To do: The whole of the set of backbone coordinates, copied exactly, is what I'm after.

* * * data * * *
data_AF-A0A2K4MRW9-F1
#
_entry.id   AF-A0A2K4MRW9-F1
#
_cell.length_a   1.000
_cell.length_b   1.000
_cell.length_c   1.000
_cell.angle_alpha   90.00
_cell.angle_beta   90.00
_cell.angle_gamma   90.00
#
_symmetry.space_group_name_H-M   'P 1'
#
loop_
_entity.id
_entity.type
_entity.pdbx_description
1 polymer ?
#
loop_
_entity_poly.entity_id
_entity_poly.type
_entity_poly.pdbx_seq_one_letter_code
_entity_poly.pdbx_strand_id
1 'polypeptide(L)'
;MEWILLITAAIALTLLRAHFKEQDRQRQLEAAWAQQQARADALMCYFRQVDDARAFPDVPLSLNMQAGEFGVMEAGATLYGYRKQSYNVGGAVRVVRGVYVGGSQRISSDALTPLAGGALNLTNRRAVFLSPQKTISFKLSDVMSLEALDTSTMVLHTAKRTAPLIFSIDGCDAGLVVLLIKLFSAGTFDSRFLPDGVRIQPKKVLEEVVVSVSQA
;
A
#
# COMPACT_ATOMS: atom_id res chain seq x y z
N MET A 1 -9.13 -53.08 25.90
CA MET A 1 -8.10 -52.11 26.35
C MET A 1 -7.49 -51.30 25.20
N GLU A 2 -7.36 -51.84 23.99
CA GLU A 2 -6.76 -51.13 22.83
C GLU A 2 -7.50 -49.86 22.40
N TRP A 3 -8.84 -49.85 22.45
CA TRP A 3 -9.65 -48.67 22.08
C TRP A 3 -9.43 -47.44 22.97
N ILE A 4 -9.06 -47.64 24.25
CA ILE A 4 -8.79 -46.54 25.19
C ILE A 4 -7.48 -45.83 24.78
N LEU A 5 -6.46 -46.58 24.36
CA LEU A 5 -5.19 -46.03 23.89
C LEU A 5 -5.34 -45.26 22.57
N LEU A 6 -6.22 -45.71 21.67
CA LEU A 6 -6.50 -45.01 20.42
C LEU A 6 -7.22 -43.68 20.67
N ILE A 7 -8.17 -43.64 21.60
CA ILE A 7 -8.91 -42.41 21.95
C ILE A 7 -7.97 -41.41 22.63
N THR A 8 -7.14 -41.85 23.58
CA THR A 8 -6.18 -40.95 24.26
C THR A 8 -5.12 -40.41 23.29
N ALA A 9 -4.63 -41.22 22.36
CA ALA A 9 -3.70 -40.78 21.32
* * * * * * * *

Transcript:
data_AF-A0A2K4MRW9-F1
#
_entry.id   AF-A0A2K4MRW9-F1
#
_cell.length_a   1.000
_cell.length_b   1.000
_cell.length_c   1.000
_cell.angle_alpha   90.00
_cell.angle_beta   90.00
_cell.angle_gamma   90.00
#
_symmetry.space_group_name_H-M   'P 1'
#
loop_
_entity.id
_entity.type
_entity.pdbx_description
1 polymer ?
#
loop_
_entity_poly.entity_id
_entity_poly.type
_entity_poly.pdbx_seq_one_letter_code
_entity_poly.pdbx_strand_id
1 'polypeptide(L)'
;MEWILLITAAIALTLLRAHFKEQDRQRQLEAAWAQQQARADALMCYFRQVDDARAFPDVPLSLNMQAGEFGVMEAGATLYGYRKQSYNVGGAVRVVRGVYVGGSQRISSDALTPLAGGALNLTNRRAVFLSPQKTISFKLSDVMSLEALDTSTMVLHTAKRTAPLIFSIDGCDAGLVVLLIKLFSAGTFDSRFLPDGVRIQPKKVLEEVVVSVSQA
;
A
#
# COMPACT_ATOMS: atom_id res chain seq x y z
N MET A 1 -9.13 -53.08 25.90
CA MET A 1 -8.10 -52.11 26.35
C MET A 1 -7.49 -51.30 25.20
N GLU A 2 -7.36 -51.84 23.99
CA GLU A 2 -6.76 -51.13 22.83
C GLU A 2 -7.50 -49.86 22.40
N TRP A 3 -8.84 -49.85 22.45
CA TRP A 3 -9.65 -48.67 22.08
C TRP A 3 -9.43 -47.44 22.97
N ILE A 4 -9.06 -47.64 24.25
CA ILE A 4 -8.79 -46.54 25.19
C ILE A 4 -7.48 -45.83 24.78
N LEU A 5 -6.46 -46.58 24.36
CA LEU A 5 -5.19 -46.03 23.89
C LEU A 5 -5.34 -45.26 22.57
N LEU A 6 -6.22 -45.71 21.67
CA LEU A 6 -6.50 -45.01 20.42
C LEU A 6 -7.22 -43.68 20.67
N ILE A 7 -8.17 -43.64 21.60
CA ILE A 7 -8.91 -42.41 21.95
C ILE A 7 -7.97 -41.41 22.63
N THR A 8 -7.14 -41.85 23.58
CA THR A 8 -6.18 -40.95 24.26
C THR A 8 -5.12 -40.41 23.29
N ALA A 9 -4.63 -41.22 22.36
CA ALA A 9 -3.70 -40.78 21.32